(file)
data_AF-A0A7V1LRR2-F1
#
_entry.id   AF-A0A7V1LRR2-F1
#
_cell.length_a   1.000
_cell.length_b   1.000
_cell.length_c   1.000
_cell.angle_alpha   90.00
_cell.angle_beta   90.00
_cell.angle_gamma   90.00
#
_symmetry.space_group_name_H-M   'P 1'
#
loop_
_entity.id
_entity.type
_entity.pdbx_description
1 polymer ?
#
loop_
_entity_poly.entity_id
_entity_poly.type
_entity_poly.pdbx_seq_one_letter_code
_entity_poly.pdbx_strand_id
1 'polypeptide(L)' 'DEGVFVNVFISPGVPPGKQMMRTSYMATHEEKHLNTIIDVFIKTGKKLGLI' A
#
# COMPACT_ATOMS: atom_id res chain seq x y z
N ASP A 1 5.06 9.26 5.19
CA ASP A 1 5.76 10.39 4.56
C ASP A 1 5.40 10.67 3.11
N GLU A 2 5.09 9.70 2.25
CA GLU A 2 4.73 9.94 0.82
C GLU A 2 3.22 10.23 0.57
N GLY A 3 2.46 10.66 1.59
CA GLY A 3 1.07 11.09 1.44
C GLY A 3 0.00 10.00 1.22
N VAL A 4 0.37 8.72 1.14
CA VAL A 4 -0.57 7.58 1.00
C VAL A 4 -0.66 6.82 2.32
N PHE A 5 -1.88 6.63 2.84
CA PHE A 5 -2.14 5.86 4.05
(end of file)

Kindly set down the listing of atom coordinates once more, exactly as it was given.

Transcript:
data_AF-A0A7V1LRR2-F1
#
_entry.id   AF-A0A7V1LRR2-F1
#
_cell.length_a   1.000
_cell.length_b   1.000
_cell.length_c   1.000
_cell.angle_alpha   90.00
_cell.angle_beta   90.00
_cell.angle_gamma   90.00
#
_symmetry.space_group_name_H-M   'P 1'
#
loop_
_entity.id
_entity.type
_entity.pdbx_description
1 polymer ?
#
loop_
_entity_poly.entity_id
_entity_poly.type
_entity_poly.pdbx_seq_one_letter_code
_entity_poly.pdbx_strand_id
1 'polypeptide(L)' 'DEGVFVNVFISPGVPPGKQMMRTSYMATHEEKHLNTIIDVFIKTGKKLGLI' A
#
# COMPACT_ATOMS: atom_id res chain seq x y z
N ASP A 1 5.06 9.26 5.19
CA ASP A 1 5.76 10.39 4.56
C ASP A 1 5.40 10.67 3.11
N GLU A 2 5.09 9.70 2.25
CA GLU A 2 4.73 9.94 0.82
C GLU A 2 3.22 10.23 0.57
N GLY A 3 2.46 10.66 1.59
CA GLY A 3 1.07 11.09 1.44
C GLY A 3 0.00 10.00 1.22
N VAL A 4 0.37 8.72 1.14
CA VAL A 4 -0.57 7.58 1.00
C VAL A 4 -0.66 6.82 2.32
N PHE A 5 -1.88 6.63 2.84
CA PHE A 5 -2.14 5.86 4.05